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Patagonia was environmentally conscious long before LEED originated.
Photo: Charlie Johnston (all)
Patagonia’s Reno distribution center is a lot like any other warehouse: it’s home to conveyor belts, loading docks, and tens of thousands of cardboard boxes. It’s also quite different from any other warehouse: its employees get around on bicycles instead of electric carts, the interior lighting is soft and natural instead of yellow and harsh, and all those cardboard boxes, as well as more than 95 percent of all waste, is recycled and composted.
The Ventura, California-based outdoor clothing company has made environmentally responsible practices a priority throughout its more than three decades, from assisting a young biologist to save steelhead salmon habitat on the Ventura River in the early 1970s, to annual environmental-issue education campaigns since 1988. When Reno was chosen as the site for a new distribution center in 1994, the company brought this tradition to Nevada. “We wanted a better, more energy efficient warehouse,” director Dave Abeloe says.
This was about the same time Leadership in Energy and Environmental Design was getting off the ground and almost six years before the LEED Green Building Rating System was born. Without a standard guide, Patagonia still managed to build a warehouse which achieved a 60-percent reduction in energy use, versus a comparable building, through the use of solar-tracking skylights, high-performance insulation, and radiant heating. “The original [warehouse] was ahead of its time,” Abeloe says. When the warehouse was expanded in 2006, LEED certification was a no-brainer. The skylights, insulation, and radiant heating had proved themselves in the original facility and were incorporated into the expansion. A night-flush vent system circulates cool air and eliminates the need for expensive, inefficient air conditioning.
Photo sensors and motion detectors on light fixtures shut them off automatically when they are not in use. Low-flow sinks, toilets, and waterless urinals reduce water use by 42 percent. Extensive recycling results in less than five percent of waste—about two 30-yard compactors full a year—ending up in landfills.
Outside the warehouse, light-colored concrete pavers reduce ambient air temperatures and allow storm water to be naturally filtered before it enters the water table. Native and water-efficient landscaping reduces water use and evaporation and provides habitat for birds, small mammals, and insects. Solar panels on the south side of the facility produce enough energy to power the attached clothing outlet. These measures and steps taken during construction—such as employing regional building materials to cut down on shipping distances and stimulate the local economy—resulted in a LEED Gold certification.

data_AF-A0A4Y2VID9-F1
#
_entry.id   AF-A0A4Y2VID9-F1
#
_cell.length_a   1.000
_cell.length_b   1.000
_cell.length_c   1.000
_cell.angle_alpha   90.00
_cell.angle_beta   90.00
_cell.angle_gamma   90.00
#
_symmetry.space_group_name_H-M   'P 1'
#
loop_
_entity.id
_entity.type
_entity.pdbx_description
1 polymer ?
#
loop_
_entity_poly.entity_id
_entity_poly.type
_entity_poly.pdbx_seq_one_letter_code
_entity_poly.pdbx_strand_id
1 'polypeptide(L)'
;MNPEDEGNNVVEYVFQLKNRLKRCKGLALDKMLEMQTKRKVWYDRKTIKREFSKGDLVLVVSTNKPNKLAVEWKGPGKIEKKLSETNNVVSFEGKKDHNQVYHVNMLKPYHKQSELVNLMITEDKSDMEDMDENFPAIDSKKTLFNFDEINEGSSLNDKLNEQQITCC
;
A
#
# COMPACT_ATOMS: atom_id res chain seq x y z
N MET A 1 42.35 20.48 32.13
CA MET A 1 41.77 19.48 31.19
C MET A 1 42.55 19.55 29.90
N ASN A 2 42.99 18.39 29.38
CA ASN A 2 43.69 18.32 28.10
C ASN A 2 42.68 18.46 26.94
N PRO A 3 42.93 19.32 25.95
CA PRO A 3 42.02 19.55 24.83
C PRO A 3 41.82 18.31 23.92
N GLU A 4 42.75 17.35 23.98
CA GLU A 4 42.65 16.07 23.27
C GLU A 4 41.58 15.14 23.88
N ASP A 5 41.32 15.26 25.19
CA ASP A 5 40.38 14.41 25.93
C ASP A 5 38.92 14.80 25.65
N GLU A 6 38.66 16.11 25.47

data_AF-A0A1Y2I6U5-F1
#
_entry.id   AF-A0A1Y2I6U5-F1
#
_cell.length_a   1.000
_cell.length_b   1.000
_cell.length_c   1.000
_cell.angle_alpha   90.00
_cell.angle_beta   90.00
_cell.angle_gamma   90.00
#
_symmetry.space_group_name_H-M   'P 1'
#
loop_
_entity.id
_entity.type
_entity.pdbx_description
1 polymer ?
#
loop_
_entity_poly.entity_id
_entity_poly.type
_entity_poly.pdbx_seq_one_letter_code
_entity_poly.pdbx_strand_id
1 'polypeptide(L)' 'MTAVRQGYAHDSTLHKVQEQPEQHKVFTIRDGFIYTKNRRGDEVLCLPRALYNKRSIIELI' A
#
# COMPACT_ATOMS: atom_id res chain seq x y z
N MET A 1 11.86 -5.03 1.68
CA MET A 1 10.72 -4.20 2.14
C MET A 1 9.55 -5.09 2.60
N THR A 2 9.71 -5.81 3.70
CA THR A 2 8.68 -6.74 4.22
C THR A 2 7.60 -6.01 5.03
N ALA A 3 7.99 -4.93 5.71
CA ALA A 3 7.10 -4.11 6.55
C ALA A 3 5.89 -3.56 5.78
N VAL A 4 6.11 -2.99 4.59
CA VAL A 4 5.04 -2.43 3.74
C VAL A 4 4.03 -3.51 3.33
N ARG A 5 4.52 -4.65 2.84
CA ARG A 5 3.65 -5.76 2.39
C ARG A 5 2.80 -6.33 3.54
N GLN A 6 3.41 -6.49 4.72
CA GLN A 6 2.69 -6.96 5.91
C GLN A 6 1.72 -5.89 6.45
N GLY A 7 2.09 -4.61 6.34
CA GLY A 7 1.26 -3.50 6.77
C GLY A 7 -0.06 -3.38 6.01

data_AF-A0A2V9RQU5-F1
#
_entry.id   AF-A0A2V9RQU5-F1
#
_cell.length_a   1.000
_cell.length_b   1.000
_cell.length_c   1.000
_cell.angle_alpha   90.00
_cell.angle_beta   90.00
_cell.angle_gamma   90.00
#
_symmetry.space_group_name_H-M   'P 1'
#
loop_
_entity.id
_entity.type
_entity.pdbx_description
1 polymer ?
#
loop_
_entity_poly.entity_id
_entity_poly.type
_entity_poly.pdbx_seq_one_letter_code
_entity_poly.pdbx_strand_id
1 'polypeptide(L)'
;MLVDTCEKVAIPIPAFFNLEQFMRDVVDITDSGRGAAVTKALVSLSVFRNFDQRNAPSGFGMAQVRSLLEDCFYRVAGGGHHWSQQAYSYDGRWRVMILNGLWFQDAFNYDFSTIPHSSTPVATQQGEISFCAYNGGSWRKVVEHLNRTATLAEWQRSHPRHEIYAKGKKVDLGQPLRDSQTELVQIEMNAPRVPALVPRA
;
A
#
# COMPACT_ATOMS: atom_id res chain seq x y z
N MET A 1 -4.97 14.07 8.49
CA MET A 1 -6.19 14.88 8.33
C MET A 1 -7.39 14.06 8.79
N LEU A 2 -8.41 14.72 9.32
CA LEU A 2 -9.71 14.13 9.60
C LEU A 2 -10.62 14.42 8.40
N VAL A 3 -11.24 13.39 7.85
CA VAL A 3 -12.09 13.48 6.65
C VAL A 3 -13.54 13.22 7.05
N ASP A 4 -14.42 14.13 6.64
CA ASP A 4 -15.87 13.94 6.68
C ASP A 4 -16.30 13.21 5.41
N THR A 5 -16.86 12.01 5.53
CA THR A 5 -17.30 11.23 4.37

Yet, green building is a relatively small aspect of Patagonia’s commitment to environmental responsibility. The company’s Common Threads Garment Recycling program, started in 2005, aims to reduce waste from its products. Synthetic materials are a large part of most outdoor clothing lines, and these products, such as Patagonia’s Capilene and fleece, are recyclable. Through the program, worn-out garments are collected and transformed into new clothing, such as the company’s Synchilla sweater, made from 86-percent recycled materials. The program also recycles the company’s organic cotton products and by 2010, Patagonia aims to make all of its clothing recyclable.
Employees are given incentives to carpool to work and offered $2,500 toward the purchase of a 45-miles-per-gallon or better hybrid or to convert their diesel engines to run on vegetable oil. Composting reduces organic waste and contributes to a seasonal garden maintained by the employees. Bicycle storage and shower/changing facilities make it convenient for employees to ride their bikes to work. Workers are also encouraged to bring their used paper and cardboard to work, as curbside recycling for those products is not currently available in the Reno area.
While Patagonia is a beacon to all things energy efficient, green, and environmentally responsible, Abeloe points out that it has taken the company decades to get to this point and stresses that LEED certification and expansive clothing recycling programs aren’t the only ways for individuals and businesses to make a difference. “Start small,” he says. “Replace all your light bulbs with energy efficient lighting or start recycling, then go to the next step.”
COMMON THREADS GARMENT RECYCLING
After washing your old Patagonia Capilene, Patagonia organic cotton, or any manufacturer’s fleece, drop the clothing off at any Patagonia retail store or mail it (with as little packaging as possible) to 8550 White Fir St., Reno, NV 89523-8939, Attention: Common Threads Garment Recycling.
8550 White Fir St., Reno